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Reading up on Domino’s shopping guides is like having your own personal product concierge. We do the tedious part—deep-dive research, hands-on testing, and tapping experts for advice—so all you have to do is hit “add to cart.” That’s why we call them Simply the Best.

They’re sleek, easy on the eyes, and seriously powerful: Those are just a few reasons why we love the cresting trend of induction cooktops and ranges. But that’s not all there is to love about these kitchen workhorses—they are simple to clean, can reliably regulate heat, and may be better for the environment than your average gas stove. (Some studies have even pointed to these appliances diminishing air pollution—a handy bonus.) 

If you’ve noticed a rise in what’s available on the market, you aren’t alone. Some feature classic industrial profiles that echo their gas counterparts, while others come in a vibrant array of colors—like chic matte white and emerald green—so you can easily incorporate them into your kitchen’s current, or to-come, look. Our six favorites include a mix of heritage brands and induction newcomers, so read on for how to make a statement with the best induction ranges. 

Our Favorites

Best Overall: Bosch 800 Series Induction Slide-In Electric Range

Bosch Domino

Width: 31.5 inches | Controls: Digital | Burners: 4 | Self-cleaning: Yes

What we like:

  • SpeedBoost function
  • AutoChef temperature regulation
  • Touch controls

Worth noting:

  • Only 4 cooking elements
  • On the small side
  • Only available in stainless steel

Why we chose it: A classic stainless steel model that offers just about everything. 

Long the leader in kitchen appliances, Bosch has put everything but the kitchen sink into this induction range, including touch controls, a SpeedBoost function (for faster boiling), a temperature probe, and self-cleaning oven technology. Burners have individual, programmable timers, and the AutoChef setting regulates pan temperature so that nothing overheats or burns. The range is on the smaller side, at 31.5 inches, and the cooktop only offers four cooking elements, which may not be enough for large homes or families. Still, Bosch has packed a lot into a small space with this top-of-the-line range.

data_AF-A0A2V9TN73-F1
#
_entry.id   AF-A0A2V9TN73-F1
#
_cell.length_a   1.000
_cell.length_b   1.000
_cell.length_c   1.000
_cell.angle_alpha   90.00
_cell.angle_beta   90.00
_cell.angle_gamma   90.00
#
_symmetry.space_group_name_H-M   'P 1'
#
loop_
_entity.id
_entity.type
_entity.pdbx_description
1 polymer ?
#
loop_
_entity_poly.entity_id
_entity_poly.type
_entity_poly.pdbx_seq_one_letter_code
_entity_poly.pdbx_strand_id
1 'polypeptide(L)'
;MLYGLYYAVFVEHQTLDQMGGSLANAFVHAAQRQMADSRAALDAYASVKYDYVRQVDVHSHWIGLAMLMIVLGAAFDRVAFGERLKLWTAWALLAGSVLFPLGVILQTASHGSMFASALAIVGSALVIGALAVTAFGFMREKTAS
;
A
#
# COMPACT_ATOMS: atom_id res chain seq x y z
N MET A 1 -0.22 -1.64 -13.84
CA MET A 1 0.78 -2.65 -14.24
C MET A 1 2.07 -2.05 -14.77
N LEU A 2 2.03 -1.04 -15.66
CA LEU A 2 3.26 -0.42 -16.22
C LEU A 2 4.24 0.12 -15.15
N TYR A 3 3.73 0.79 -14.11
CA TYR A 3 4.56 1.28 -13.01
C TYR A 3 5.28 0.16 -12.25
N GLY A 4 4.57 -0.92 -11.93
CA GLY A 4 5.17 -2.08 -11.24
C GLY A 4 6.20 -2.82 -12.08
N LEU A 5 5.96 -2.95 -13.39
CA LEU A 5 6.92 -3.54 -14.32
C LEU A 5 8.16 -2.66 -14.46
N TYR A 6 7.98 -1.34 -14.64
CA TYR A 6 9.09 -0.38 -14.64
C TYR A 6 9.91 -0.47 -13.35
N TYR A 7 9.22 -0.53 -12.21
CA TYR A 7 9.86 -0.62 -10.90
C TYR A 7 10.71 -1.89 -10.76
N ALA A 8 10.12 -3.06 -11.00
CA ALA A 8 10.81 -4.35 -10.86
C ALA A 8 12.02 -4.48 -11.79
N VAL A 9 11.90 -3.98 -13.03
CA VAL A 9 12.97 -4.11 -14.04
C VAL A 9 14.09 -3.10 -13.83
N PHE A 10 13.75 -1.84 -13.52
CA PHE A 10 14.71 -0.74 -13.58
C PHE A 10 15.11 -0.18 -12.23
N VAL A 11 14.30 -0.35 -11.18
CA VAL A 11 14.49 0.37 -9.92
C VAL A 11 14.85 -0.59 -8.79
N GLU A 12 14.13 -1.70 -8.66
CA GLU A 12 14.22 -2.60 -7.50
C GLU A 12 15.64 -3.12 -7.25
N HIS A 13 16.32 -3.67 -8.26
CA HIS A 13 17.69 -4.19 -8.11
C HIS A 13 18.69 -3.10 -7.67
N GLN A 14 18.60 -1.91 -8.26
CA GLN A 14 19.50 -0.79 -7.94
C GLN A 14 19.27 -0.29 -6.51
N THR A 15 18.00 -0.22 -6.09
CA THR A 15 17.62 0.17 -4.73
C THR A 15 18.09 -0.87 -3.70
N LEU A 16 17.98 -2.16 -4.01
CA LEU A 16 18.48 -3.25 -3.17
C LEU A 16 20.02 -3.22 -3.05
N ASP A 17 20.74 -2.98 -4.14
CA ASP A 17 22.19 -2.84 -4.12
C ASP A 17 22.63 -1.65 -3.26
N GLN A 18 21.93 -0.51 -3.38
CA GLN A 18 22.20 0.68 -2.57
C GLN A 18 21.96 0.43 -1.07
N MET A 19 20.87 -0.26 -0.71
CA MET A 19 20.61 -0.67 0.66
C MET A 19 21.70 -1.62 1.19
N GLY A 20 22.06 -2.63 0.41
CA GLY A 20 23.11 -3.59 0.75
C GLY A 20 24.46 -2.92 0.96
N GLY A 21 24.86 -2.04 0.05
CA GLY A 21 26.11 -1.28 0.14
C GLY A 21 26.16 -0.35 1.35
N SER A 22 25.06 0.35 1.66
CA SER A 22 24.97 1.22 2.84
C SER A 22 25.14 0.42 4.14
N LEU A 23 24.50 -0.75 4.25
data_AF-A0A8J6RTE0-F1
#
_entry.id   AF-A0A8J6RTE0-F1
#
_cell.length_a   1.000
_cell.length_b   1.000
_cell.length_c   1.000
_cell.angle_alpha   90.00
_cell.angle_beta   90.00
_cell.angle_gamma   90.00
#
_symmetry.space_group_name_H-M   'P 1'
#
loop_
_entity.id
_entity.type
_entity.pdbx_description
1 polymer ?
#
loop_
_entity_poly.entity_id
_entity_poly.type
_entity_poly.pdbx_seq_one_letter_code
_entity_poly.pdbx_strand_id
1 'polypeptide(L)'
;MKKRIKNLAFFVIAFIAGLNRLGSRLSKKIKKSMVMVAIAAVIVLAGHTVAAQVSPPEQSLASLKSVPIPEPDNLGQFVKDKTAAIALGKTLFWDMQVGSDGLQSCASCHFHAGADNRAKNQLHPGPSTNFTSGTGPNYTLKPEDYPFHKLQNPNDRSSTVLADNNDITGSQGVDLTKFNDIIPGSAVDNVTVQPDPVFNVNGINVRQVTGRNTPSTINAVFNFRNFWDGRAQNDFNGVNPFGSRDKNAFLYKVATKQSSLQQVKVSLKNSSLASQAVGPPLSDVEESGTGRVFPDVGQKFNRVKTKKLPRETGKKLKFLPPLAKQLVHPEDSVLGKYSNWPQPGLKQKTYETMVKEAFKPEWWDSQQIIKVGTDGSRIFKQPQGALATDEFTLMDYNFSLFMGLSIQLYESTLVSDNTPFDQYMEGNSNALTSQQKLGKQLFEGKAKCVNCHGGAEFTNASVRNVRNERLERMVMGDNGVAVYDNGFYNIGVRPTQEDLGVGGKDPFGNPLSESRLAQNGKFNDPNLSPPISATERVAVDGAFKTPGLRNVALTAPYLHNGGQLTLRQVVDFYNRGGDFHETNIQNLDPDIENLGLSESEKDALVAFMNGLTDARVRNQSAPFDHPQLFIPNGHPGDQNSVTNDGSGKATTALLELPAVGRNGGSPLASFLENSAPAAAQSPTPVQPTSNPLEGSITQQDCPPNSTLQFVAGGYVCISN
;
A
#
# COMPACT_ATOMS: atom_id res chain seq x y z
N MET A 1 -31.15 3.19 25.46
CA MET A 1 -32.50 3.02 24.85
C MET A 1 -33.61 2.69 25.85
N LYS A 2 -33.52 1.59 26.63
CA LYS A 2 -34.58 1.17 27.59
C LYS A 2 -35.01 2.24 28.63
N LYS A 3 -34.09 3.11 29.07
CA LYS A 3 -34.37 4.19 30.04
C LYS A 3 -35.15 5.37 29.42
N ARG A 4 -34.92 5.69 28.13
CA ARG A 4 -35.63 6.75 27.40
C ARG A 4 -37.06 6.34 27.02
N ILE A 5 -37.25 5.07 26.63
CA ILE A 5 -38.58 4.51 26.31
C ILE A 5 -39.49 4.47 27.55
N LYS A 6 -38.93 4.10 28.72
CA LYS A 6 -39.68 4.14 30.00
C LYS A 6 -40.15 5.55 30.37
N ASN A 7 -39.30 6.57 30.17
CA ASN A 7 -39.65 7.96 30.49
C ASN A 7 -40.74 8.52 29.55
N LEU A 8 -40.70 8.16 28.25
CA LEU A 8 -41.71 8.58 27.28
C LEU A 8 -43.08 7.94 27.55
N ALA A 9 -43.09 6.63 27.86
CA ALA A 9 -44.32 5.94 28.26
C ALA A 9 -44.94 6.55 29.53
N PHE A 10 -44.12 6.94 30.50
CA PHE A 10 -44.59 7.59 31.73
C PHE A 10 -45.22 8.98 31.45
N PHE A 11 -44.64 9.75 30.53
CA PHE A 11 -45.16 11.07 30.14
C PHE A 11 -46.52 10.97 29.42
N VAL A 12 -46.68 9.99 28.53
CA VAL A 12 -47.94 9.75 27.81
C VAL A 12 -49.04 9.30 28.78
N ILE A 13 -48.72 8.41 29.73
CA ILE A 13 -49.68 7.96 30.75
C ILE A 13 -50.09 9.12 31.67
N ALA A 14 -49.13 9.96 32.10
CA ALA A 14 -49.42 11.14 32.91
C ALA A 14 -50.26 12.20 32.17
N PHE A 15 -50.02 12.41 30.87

Best Value: KitchenAid Slide-In Induction Range

Kitchenaid Domino

Width: 29.875 inches | Controls: Digital | Burners: 4 | Self-cleaning: Yes 

What we like:

  • Oven convection
  • Self-cleaning oven
  • Lower price point

Worth noting:

  • Only 4 cooking elements
  • No favorites setting
  • 1-year warranty

Why we chose it: A relatively affordable unit with an amply sized oven.

At just under 30 inches wide, you’ll get a little more bang for your buck with KitchenAid’s slide-in induction range, which offers some nice benefits at a relatively affordable price. This stainless steel unit is sleek and pretty—an asset to the design-conscious (see it in this gorgeous Winnipeg, Canada, remodel by designer Jaclyn Peters). In the oven’s interior, upgrades like convection and multiple racks and rack settings—three racks total and seven placements—are extremely useful for the avid cook. The oven also has a self-cleaning option. On top, there are a few drawbacks. The cooktop offers just four cooking elements, there are no pre-programmables or favorites settings, and the unit comes with only a one-year warranty. 

Best for a Small Space: Café Smart Induction Slide-In Electric Range

Caffe Domino

Width: 29.875 inches | Controls: Digital | Burners: 5 | Self-cleaning: Yes 

What we like:

  • Design-forward
  • Tons of smart capabilities
  • Many cooking functions

Worth noting:

  • Installation and haul-away are extra
  • 1-year warranty
  • Very stylized, and may not be for everyone

Why we chose it: A design-forward unit for a smaller kitchen. 

White and black are back, baby, and Café has taken note. This luxury arm of GE is leaning into design with its white, black, and stainless steel appliances that are just as beautiful to look at as they are pleasant to use. The induction range is compatible with Alexa, Nest, and more, and offers many cooking functions, like the Gourmet Guided Cooking Program, which connects chefs’ video-guided recipes with home cooks; the oven regulates the results. While five burners allow for plenty of cooktop space, this unit is a little pricier than average, especially if you opt for the brushed bronze or copper hardware upgrades.